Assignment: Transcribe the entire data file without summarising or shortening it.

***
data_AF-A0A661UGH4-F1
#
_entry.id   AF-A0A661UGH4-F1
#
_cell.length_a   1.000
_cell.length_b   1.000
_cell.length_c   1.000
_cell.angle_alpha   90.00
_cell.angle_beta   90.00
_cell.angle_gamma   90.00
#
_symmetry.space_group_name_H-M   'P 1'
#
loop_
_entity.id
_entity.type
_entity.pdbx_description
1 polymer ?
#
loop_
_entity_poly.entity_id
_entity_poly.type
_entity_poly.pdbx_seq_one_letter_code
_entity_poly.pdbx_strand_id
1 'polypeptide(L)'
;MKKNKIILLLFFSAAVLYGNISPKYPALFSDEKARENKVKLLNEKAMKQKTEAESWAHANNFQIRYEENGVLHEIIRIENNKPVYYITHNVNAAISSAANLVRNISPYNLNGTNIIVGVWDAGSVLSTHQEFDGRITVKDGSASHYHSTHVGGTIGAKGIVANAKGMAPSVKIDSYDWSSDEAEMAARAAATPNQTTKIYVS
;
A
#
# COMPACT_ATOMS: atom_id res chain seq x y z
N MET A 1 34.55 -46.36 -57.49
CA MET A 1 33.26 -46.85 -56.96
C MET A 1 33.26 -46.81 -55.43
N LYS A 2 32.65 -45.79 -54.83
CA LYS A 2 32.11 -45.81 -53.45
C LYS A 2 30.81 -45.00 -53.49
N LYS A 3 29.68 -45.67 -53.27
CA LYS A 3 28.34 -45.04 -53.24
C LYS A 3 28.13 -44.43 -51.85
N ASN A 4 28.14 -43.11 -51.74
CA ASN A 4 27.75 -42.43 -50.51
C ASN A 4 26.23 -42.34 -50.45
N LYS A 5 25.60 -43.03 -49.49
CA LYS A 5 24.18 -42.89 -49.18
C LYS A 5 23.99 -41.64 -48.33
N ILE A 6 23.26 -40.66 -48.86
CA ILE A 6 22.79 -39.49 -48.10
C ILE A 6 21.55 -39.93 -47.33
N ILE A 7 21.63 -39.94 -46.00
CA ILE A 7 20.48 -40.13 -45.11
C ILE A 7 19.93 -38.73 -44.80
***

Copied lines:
data_AF-A0A661UGH4-F1
#
_entry.id   AF-A0A661UGH4-F1
#
_cell.length_a   1.000
_cell.length_b   1.000
_cell.length_c   1.000
_cell.angle_alpha   90.00
_cell.angle_beta   90.00
_cell.angle_gamma   90.00
#
_symmetry.space_group_name_H-M   'P 1'
#
loop_
_entity.id
_entity.type
_entity.pdbx_description
1 polymer ?
#
loop_
_entity_poly.entity_id
_entity_poly.type
_entity_poly.pdbx_seq_one_letter_code
_entity_poly.pdbx_strand_id
1 'polypeptide(L)'
;MKKNKIILLLFFSAAVLYGNISPKYPALFSDEKARENKVKLLNEKAMKQKTEAESWAHANNFQIRYEENGVLHEIIRIENNKPVYYITHNVNAAISSAANLVRNISPYNLNGTNIIVGVWDAGSVLSTHQEFDGRITVKDGSASHYHSTHVGGTIGAKGIVANAKGMAPSVKIDSYDWSSDEAEMAARAAATPNQTTKIYVS
;
A
#
# COMPACT_ATOMS: atom_id res chain seq x y z
N MET A 1 34.55 -46.36 -57.49
CA MET A 1 33.26 -46.85 -56.96
C MET A 1 33.26 -46.81 -55.43
N LYS A 2 32.65 -45.79 -54.83
CA LYS A 2 32.11 -45.81 -53.45
C LYS A 2 30.81 -45.00 -53.49
N LYS A 3 29.68 -45.67 -53.27
CA LYS A 3 28.34 -45.04 -53.24
C LYS A 3 28.13 -44.43 -51.85
N ASN A 4 28.14 -43.11 -51.74
CA ASN A 4 27.75 -42.43 -50.51
C ASN A 4 26.23 -42.34 -50.45
N LYS A 5 25.60 -43.03 -49.49
CA LYS A 5 24.18 -42.89 -49.18
C LYS A 5 23.99 -41.64 -48.33
N ILE A 6 23.26 -40.66 -48.86
CA ILE A 6 22.79 -39.49 -48.10
C ILE A 6 21.55 -39.93 -47.33
N ILE A 7 21.63 -39.94 -46.00
CA ILE A 7 20.48 -40.13 -45.11
C ILE A 7 19.93 -38.73 -44.80